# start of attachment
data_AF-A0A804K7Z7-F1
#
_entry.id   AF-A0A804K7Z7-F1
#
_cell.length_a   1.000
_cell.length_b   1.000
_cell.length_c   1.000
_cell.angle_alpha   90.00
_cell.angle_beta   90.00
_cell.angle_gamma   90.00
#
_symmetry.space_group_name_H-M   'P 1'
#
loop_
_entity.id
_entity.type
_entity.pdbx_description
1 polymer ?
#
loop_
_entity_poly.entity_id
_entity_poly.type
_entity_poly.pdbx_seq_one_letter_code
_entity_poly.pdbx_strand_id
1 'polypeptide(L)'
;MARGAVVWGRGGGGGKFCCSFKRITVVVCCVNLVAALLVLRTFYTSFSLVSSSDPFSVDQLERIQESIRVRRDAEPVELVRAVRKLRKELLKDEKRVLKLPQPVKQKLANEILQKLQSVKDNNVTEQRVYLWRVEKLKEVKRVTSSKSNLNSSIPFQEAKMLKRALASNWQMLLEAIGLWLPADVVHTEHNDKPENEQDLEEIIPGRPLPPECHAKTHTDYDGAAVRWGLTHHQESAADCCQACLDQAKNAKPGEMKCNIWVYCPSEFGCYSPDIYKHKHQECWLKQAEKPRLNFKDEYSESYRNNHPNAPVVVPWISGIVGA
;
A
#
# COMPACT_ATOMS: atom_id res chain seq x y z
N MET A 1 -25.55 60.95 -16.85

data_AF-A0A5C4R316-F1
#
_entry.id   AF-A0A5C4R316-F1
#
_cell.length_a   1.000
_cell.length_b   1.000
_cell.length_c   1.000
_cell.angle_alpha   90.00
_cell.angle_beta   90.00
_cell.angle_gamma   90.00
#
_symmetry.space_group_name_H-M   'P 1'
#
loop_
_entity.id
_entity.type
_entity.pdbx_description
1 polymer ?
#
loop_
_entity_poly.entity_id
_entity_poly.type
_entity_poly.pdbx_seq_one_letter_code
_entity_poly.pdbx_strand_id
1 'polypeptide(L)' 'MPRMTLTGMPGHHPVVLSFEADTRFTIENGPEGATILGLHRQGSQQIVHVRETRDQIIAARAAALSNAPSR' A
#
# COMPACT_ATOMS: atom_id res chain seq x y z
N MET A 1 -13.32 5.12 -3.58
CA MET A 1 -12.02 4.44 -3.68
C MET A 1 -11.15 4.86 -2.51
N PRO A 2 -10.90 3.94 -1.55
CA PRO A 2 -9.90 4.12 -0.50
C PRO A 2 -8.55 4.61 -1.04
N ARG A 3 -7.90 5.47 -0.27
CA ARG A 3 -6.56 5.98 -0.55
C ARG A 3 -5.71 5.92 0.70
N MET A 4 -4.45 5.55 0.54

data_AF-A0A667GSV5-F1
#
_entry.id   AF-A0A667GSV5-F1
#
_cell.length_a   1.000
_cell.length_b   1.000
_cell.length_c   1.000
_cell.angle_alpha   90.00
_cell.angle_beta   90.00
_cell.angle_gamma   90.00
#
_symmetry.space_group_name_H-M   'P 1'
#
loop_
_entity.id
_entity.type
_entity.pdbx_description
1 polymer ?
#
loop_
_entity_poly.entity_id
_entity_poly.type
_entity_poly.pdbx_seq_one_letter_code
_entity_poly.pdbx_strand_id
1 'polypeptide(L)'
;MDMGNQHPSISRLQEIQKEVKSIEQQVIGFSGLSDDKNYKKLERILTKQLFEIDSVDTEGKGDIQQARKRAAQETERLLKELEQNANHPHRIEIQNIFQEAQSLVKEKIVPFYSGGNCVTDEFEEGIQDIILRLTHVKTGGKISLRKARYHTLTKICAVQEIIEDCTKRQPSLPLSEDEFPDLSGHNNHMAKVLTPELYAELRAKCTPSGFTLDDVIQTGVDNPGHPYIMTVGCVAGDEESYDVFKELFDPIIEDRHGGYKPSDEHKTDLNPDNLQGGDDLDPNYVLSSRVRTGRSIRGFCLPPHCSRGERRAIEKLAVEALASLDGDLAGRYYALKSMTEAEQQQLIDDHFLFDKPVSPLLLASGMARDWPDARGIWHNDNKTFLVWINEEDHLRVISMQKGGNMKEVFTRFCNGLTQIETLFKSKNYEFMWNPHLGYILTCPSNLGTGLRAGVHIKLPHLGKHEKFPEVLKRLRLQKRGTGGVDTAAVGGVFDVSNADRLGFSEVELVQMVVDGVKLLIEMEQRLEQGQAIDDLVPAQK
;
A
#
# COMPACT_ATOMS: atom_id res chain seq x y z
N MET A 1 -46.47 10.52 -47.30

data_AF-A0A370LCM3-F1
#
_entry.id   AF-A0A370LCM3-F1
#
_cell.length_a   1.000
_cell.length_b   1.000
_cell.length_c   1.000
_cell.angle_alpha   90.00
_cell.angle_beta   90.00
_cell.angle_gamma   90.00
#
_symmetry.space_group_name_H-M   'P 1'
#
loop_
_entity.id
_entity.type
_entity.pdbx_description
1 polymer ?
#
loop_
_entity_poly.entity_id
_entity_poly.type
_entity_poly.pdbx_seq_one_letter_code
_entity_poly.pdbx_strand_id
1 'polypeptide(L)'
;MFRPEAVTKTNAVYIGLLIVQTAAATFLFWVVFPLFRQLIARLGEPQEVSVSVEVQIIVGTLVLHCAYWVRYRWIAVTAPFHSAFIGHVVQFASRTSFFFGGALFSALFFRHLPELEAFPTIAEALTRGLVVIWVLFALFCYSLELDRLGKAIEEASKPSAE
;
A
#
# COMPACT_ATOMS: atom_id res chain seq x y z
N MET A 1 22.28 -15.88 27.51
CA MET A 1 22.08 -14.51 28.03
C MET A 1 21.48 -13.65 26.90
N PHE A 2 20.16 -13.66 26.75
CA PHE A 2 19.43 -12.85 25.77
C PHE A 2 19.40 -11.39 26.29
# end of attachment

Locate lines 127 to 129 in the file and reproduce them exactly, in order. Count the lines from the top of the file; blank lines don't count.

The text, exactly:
A
#
# COMPACT_ATOMS: atom_id res chain seq x y z